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Women have only 76% of the rights of men in the world

(Bloomberg) – The World Bank has warned that the pandemic is reinforcing gender inequality in many countries, with women holding on average about three-quarters of men’s legal rights, a situation that could undermine global development. COVID-19 has exacerbated women’s challenges in employment and education, the bank said in its annual Women, Business and the Law report. While legislation in some countries has improved, women in some countries still face legal limits on their economic opportunities, including restrictions on traveling without a male guardian, as well as handicaps in parenting and retirement, the bank said. The pandemic also contributed to an increase in the severity and frequency of gender-based violence, according to the report. Countries should take steps to improve paid parental leave, government benefits and a ban on firing pregnant women, among other measures, the World Bank said. In 100 economies, there are no laws that require men and women to receive equal pay at work. “Women must be fully included in economies to achieve better development results,” said World Bank President David Malpass. “Women must have the same access to finance and the same rights to inheritance as men and must be at the center of our efforts towards an inclusive and resilient recovery from COVID-19.” The average score on the global index of the World Bank in the report is 76.1 for a period of just over a year to September 2020, up from 75.5 the previous year. The index is based on measures of payment, marriage, mobility and other factors, and a score of 100 means that women and men have the same rights, something that has only been achieved in Belgium, Canada, Denmark, France, Iceland, Ireland, Latvia, Luxembourg, Portugal and Sweden. Of the 39 economies with scores above 90, 28 are high-income countries of the Organization for Economic Cooperation and Development and seven are in Europe and Central Asia. The others are in Latin America and the Caribbean, East Asia and the Pacific, and sub-Saharan Africa. The economies of the Middle East and North Africa have the lowest average score at 51.5. High-income countries scored better on average than low-income countries.Original Note: Women on Average Have Just 76% of Men’s Legal Rights WorldwideFor more articles like this, please visit us at bloomberg.comSubscribe now to stay ahead with the most trusted business news source. © 2021 Bloomberg LP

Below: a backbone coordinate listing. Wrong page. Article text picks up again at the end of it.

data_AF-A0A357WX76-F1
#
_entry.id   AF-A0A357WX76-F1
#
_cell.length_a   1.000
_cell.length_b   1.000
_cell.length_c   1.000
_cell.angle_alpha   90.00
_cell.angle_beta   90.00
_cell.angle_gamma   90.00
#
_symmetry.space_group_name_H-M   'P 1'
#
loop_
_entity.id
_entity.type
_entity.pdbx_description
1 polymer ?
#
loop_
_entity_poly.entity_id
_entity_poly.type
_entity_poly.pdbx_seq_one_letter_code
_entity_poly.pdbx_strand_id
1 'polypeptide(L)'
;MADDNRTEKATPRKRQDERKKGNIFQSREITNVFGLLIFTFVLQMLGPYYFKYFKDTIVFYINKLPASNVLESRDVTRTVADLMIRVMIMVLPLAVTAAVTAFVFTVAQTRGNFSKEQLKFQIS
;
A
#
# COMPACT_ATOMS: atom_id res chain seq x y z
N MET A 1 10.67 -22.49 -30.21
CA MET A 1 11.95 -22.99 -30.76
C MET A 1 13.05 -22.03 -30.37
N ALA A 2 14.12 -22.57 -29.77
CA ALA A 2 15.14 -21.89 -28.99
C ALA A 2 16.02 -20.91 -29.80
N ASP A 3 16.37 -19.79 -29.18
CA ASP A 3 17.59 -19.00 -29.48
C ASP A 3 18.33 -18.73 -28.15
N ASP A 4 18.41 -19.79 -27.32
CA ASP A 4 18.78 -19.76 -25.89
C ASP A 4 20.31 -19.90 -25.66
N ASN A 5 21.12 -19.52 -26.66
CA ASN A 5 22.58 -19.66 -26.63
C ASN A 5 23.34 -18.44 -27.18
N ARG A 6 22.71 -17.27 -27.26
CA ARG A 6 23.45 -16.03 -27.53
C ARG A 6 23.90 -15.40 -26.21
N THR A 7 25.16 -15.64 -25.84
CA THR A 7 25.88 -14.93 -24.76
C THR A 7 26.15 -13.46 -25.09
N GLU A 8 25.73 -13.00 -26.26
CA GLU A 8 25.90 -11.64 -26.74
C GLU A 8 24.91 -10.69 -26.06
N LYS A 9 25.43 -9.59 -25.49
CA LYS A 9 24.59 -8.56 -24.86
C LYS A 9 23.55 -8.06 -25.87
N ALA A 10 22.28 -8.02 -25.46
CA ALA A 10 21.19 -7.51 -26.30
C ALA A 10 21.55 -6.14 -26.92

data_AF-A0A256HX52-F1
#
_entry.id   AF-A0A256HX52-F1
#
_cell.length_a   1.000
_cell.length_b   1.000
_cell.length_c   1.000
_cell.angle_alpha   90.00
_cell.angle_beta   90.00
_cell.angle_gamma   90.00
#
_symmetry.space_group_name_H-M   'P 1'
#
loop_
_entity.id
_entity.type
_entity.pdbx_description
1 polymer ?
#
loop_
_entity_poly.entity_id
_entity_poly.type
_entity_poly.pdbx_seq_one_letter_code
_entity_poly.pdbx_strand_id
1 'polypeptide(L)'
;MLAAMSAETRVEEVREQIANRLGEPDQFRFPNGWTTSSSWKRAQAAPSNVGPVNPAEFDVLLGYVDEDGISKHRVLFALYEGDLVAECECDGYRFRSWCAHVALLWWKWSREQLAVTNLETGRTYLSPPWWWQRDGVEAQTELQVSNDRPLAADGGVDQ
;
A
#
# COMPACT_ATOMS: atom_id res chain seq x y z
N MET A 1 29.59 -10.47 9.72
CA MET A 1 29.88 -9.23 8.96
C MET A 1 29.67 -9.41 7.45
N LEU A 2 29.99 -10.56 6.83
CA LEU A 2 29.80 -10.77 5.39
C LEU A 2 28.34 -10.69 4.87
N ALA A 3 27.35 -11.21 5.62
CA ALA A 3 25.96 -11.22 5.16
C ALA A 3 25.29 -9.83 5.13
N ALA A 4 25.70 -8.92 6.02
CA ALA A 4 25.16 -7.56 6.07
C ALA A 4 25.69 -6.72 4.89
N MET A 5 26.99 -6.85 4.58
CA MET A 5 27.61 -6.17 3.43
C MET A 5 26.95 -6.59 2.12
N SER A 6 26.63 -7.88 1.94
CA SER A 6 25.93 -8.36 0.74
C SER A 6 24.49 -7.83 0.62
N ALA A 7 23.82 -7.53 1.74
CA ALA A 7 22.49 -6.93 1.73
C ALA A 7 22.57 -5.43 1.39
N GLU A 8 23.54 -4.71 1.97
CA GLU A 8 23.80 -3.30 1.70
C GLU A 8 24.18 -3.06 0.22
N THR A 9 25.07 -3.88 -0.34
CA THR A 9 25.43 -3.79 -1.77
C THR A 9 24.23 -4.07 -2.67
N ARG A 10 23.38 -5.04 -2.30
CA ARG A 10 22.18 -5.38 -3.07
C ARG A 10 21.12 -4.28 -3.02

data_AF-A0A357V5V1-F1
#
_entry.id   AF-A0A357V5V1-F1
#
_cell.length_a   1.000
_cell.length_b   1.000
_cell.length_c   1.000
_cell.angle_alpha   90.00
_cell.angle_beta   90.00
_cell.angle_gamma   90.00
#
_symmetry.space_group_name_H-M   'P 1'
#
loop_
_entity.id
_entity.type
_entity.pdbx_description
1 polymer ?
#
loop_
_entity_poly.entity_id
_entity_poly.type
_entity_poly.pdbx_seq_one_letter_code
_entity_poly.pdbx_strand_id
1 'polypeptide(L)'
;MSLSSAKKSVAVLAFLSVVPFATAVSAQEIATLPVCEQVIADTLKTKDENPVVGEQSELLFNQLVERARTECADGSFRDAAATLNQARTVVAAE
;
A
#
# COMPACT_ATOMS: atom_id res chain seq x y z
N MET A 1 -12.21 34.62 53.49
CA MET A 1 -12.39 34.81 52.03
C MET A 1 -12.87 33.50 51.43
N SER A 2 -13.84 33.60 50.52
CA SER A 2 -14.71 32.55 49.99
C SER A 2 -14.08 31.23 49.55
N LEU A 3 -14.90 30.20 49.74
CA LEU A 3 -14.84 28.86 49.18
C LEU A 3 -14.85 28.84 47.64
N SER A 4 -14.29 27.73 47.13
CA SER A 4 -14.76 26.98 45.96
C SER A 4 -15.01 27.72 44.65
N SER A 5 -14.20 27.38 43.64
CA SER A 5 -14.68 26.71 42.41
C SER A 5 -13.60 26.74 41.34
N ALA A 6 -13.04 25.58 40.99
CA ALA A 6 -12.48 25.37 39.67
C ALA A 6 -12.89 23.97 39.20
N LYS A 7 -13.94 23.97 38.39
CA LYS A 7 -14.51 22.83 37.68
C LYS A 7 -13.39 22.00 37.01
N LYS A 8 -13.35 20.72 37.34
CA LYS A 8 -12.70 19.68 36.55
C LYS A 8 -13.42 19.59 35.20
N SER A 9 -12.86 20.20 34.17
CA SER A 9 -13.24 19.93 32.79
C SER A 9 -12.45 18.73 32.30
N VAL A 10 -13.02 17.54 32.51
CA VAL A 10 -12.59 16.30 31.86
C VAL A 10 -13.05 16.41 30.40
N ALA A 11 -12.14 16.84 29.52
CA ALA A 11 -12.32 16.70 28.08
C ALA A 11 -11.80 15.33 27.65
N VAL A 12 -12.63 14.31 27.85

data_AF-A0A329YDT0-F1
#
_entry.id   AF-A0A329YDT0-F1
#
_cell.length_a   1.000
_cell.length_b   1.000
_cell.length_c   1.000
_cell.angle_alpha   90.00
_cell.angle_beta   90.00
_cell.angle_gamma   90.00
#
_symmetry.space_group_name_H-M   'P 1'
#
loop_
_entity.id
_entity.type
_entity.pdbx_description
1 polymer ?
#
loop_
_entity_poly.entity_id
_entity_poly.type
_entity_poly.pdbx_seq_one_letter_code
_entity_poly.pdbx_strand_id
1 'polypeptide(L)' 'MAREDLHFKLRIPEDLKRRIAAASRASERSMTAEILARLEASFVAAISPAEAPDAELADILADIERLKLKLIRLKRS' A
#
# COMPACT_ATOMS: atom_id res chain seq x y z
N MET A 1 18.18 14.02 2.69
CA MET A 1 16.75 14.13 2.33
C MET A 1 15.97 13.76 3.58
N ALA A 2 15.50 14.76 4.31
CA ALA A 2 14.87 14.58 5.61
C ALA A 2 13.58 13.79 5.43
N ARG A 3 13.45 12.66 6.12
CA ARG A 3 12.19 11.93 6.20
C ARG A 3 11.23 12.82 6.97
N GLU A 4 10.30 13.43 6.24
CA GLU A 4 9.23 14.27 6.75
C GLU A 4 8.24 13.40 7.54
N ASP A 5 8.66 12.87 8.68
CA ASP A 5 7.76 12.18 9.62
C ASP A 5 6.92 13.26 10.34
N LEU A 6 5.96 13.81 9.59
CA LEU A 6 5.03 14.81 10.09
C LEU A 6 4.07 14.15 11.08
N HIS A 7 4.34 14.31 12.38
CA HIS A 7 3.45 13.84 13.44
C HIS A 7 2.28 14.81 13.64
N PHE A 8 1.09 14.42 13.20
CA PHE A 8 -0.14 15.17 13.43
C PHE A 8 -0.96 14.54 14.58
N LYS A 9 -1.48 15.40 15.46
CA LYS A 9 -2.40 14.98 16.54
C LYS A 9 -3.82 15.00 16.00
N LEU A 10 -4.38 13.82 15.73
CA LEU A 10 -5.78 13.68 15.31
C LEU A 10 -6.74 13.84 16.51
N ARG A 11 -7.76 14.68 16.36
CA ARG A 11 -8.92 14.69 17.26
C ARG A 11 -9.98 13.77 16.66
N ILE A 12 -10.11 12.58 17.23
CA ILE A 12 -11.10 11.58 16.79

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Antonio Tejero, photographed at his residence in Malaga on the 40th anniversary of 23-F